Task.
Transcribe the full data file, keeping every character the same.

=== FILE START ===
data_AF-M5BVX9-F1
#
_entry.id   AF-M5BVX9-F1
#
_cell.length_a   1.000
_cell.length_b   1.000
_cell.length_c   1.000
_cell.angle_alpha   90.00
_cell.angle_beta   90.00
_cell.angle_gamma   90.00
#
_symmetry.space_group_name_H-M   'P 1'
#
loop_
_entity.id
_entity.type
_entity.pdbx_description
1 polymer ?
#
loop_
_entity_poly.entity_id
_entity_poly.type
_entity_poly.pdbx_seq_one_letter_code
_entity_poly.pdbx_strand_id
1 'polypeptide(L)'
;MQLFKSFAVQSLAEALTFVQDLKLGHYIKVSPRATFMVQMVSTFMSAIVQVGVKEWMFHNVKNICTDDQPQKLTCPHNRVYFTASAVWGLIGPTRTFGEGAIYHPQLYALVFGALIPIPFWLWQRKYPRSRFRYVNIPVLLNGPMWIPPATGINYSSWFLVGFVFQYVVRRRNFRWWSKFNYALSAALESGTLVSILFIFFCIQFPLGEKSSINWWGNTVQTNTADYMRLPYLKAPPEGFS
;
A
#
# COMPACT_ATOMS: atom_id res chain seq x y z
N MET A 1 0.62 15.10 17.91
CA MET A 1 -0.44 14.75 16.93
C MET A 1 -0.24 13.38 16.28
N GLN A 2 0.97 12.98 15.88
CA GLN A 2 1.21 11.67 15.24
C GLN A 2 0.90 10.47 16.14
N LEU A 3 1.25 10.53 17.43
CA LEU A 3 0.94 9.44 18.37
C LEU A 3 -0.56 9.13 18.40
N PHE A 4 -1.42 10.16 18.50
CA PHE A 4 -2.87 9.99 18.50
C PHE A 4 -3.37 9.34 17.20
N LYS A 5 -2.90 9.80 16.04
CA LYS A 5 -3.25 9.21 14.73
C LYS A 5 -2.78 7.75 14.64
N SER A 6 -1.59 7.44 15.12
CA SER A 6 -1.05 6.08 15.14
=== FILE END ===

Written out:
data_AF-M5BVX9-F1
#
_entry.id   AF-M5BVX9-F1
#
_cell.length_a   1.000
_cell.length_b   1.000
_cell.length_c   1.000
_cell.angle_alpha   90.00
_cell.angle_beta   90.00
_cell.angle_gamma   90.00
#
_symmetry.space_group_name_H-M   'P 1'
#
loop_
_entity.id
_entity.type
_entity.pdbx_description
1 polymer ?
#
loop_
_entity_poly.entity_id
_entity_poly.type
_entity_poly.pdbx_seq_one_letter_code
_entity_poly.pdbx_strand_id
1 'polypeptide(L)'
;MQLFKSFAVQSLAEALTFVQDLKLGHYIKVSPRATFMVQMVSTFMSAIVQVGVKEWMFHNVKNICTDDQPQKLTCPHNRVYFTASAVWGLIGPTRTFGEGAIYHPQLYALVFGALIPIPFWLWQRKYPRSRFRYVNIPVLLNGPMWIPPATGINYSSWFLVGFVFQYVVRRRNFRWWSKFNYALSAALESGTLVSILFIFFCIQFPLGEKSSINWWGNTVQTNTADYMRLPYLKAPPEGFS
;
A
#
# COMPACT_ATOMS: atom_id res chain seq x y z
N MET A 1 0.62 15.10 17.91
CA MET A 1 -0.44 14.75 16.93
C MET A 1 -0.24 13.38 16.28
N GLN A 2 0.97 12.98 15.88
CA GLN A 2 1.21 11.67 15.24
C GLN A 2 0.90 10.47 16.14
N LEU A 3 1.25 10.53 17.43
CA LEU A 3 0.94 9.44 18.37
C LEU A 3 -0.56 9.13 18.40
N PHE A 4 -1.42 10.16 18.50
CA PHE A 4 -2.87 9.99 18.50
C PHE A 4 -3.37 9.34 17.20
N LYS A 5 -2.90 9.80 16.04
CA LYS A 5 -3.25 9.21 14.73
C LYS A 5 -2.78 7.75 14.64
N SER A 6 -1.59 7.44 15.12
CA SER A 6 -1.05 6.08 15.14